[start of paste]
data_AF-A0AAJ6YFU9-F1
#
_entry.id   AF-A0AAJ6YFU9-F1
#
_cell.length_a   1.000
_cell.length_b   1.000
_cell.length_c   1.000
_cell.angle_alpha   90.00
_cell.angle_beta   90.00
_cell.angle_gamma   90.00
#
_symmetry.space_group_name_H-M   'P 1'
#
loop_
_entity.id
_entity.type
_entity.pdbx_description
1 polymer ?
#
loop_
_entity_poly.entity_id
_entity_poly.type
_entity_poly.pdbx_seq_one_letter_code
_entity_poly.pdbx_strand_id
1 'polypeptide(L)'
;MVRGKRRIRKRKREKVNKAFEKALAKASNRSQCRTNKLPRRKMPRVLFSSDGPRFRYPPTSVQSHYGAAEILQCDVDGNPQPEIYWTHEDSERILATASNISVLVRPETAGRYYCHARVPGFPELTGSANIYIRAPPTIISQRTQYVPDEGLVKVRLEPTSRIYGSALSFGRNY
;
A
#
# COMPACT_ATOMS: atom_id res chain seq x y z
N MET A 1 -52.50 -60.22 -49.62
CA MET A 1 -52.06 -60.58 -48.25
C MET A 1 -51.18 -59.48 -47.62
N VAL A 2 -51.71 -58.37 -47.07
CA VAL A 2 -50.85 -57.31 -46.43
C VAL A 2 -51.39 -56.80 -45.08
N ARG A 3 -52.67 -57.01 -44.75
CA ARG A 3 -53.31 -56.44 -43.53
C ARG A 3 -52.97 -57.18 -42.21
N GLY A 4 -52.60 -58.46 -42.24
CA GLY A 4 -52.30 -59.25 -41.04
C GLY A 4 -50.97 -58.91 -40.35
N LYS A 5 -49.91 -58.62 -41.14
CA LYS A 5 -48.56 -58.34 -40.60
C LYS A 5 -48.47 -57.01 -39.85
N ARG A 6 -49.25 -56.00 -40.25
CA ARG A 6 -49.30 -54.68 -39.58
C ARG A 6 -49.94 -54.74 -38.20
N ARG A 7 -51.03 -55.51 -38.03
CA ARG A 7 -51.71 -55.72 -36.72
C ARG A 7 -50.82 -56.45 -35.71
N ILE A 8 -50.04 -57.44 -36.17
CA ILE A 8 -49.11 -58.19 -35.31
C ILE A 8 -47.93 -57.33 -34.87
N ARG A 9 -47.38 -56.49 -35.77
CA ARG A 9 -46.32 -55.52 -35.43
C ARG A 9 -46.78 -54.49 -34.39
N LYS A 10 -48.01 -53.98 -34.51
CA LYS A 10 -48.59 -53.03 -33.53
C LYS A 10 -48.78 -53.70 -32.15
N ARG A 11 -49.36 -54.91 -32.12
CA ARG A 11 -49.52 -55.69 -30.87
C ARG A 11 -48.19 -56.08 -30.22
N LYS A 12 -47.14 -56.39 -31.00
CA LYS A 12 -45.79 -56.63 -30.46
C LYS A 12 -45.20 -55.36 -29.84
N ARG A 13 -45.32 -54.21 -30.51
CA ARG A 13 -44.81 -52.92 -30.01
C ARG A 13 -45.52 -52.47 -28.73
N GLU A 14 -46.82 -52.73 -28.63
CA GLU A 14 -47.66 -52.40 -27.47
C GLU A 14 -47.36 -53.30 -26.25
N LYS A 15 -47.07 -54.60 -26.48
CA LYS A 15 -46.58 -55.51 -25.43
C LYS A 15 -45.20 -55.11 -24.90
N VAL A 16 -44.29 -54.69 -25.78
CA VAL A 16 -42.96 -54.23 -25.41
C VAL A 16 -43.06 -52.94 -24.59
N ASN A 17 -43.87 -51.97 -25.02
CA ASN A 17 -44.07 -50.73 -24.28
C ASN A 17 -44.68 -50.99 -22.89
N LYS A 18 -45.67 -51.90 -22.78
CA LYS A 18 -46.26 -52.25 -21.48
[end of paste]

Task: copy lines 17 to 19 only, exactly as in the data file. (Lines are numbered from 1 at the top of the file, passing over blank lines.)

_entity.pdbx_description
1 polymer ?
#